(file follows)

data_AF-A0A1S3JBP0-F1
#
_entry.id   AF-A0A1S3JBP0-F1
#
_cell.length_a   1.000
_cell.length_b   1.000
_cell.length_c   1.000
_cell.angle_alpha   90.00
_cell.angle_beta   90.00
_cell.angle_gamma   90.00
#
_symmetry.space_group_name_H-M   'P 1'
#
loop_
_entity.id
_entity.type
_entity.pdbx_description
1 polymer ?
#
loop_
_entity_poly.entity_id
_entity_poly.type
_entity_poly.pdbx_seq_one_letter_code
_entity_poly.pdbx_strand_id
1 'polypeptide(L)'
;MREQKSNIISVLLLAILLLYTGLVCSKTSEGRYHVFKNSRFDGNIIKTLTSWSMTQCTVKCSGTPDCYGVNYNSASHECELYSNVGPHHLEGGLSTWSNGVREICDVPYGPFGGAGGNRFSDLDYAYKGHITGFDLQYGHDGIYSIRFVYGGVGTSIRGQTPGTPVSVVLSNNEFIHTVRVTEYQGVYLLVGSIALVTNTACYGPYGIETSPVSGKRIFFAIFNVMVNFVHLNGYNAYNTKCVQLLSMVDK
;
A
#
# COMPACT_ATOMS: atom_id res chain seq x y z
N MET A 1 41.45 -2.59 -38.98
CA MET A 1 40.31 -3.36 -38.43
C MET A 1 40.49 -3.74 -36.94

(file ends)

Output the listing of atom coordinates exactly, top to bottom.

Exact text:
data_AF-A0A1S3JBP0-F1
#
_entry.id   AF-A0A1S3JBP0-F1
#
_cell.length_a   1.000
_cell.length_b   1.000
_cell.length_c   1.000
_cell.angle_alpha   90.00
_cell.angle_beta   90.00
_cell.angle_gamma   90.00
#
_symmetry.space_group_name_H-M   'P 1'
#
loop_
_entity.id
_entity.type
_entity.pdbx_description
1 polymer ?
#
loop_
_entity_poly.entity_id
_entity_poly.type
_entity_poly.pdbx_seq_one_letter_code
_entity_poly.pdbx_strand_id
1 'polypeptide(L)'
;MREQKSNIISVLLLAILLLYTGLVCSKTSEGRYHVFKNSRFDGNIIKTLTSWSMTQCTVKCSGTPDCYGVNYNSASHECELYSNVGPHHLEGGLSTWSNGVREICDVPYGPFGGAGGNRFSDLDYAYKGHITGFDLQYGHDGIYSIRFVYGGVGTSIRGQTPGTPVSVVLSNNEFIHTVRVTEYQGVYLLVGSIALVTNTACYGPYGIETSPVSGKRIFFAIFNVMVNFVHLNGYNAYNTKCVQLLSMVDK
;
A
#
# COMPACT_ATOMS: atom_id res chain seq x y z
N MET A 1 41.45 -2.59 -38.98
CA MET A 1 40.31 -3.36 -38.43
C MET A 1 40.49 -3.74 -36.94